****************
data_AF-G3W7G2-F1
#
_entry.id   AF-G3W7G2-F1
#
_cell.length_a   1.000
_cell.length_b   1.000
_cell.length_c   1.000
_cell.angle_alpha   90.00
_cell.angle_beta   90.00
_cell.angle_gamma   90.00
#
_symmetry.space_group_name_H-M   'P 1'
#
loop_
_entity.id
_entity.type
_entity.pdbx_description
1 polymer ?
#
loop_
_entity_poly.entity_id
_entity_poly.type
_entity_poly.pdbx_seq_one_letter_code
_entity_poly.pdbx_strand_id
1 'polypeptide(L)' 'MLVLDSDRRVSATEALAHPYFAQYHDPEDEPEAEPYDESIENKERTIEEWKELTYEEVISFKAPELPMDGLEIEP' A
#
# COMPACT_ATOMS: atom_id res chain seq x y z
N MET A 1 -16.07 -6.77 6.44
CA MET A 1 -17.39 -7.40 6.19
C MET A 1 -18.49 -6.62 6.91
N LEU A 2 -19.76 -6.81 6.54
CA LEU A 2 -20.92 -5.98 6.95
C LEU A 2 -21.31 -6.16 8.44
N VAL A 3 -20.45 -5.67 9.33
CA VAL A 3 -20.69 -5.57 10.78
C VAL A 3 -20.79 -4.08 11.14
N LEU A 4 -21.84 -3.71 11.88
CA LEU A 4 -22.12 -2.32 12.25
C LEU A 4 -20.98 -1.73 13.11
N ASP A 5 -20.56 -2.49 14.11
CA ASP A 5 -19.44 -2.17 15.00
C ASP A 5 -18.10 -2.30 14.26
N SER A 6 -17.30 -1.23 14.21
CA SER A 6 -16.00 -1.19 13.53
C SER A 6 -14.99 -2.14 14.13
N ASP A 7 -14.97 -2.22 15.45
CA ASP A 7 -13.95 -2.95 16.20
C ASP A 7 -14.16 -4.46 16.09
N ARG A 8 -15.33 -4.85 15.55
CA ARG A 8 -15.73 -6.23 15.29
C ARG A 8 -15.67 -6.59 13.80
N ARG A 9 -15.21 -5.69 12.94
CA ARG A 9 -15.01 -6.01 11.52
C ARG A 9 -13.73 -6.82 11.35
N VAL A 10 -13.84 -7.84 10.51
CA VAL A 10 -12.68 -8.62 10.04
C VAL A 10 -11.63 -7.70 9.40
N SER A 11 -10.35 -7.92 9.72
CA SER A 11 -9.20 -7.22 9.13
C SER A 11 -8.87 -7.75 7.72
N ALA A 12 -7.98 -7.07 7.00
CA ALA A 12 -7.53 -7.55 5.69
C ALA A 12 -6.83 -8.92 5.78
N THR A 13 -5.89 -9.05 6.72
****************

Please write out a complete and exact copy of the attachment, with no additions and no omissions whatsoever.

data_AF-G3W7G2-F1
#
_entry.id   AF-G3W7G2-F1
#
_cell.length_a   1.000
_cell.length_b   1.000
_cell.length_c   1.000
_cell.angle_alpha   90.00
_cell.angle_beta   90.00
_cell.angle_gamma   90.00
#
_symmetry.space_group_name_H-M   'P 1'
#
loop_
_entity.id
_entity.type
_entity.pdbx_description
1 polymer ?
#
loop_
_entity_poly.entity_id
_entity_poly.type
_entity_poly.pdbx_seq_one_letter_code
_entity_poly.pdbx_strand_id
1 'polypeptide(L)' 'MLVLDSDRRVSATEALAHPYFAQYHDPEDEPEAEPYDESIENKERTIEEWKELTYEEVISFKAPELPMDGLEIEP' A
#
# COMPACT_ATOMS: atom_id res chain seq x y z
N MET A 1 -16.07 -6.77 6.44
CA MET A 1 -17.39 -7.40 6.19
C MET A 1 -18.49 -6.62 6.91
N LEU A 2 -19.76 -6.81 6.54
CA LEU A 2 -20.92 -5.98 6.95
C LEU A 2 -21.31 -6.16 8.44
N VAL A 3 -20.45 -5.67 9.33
CA VAL A 3 -20.69 -5.57 10.78
C VAL A 3 -20.79 -4.08 11.14
N LEU A 4 -21.84 -3.71 11.88
CA LEU A 4 -22.12 -2.32 12.25
C LEU A 4 -20.98 -1.73 13.11
N ASP A 5 -20.56 -2.49 14.11
CA ASP A 5 -19.44 -2.17 15.00
C ASP A 5 -18.10 -2.30 14.26
N SER A 6 -17.30 -1.23 14.21
CA SER A 6 -16.00 -1.19 13.53
C SER A 6 -14.99 -2.14 14.13
N ASP A 7 -14.97 -2.22 15.45
CA ASP A 7 -13.95 -2.95 16.20
C ASP A 7 -14.16 -4.46 16.09
N ARG A 8 -15.33 -4.85 15.55
CA ARG A 8 -15.73 -6.23 15.29
C ARG A 8 -15.67 -6.59 13.80
N ARG A 9 -15.21 -5.69 12.94
CA ARG A 9 -15.01 -6.01 11.52
C ARG A 9 -13.73 -6.82 11.35
N VAL A 10 -13.84 -7.84 10.51
CA VAL A 10 -12.68 -8.62 10.04
C VAL A 10 -11.63 -7.70 9.40
N SER A 11 -10.35 -7.92 9.72
CA SER A 11 -9.20 -7.22 9.13
C SER A 11 -8.87 -7.75 7.72
N ALA A 12 -7.98 -7.07 7.00
CA ALA A 12 -7.53 -7.55 5.69
C ALA A 12 -6.83 -8.92 5.78
N THR A 13 -5.89 -9.05 6.72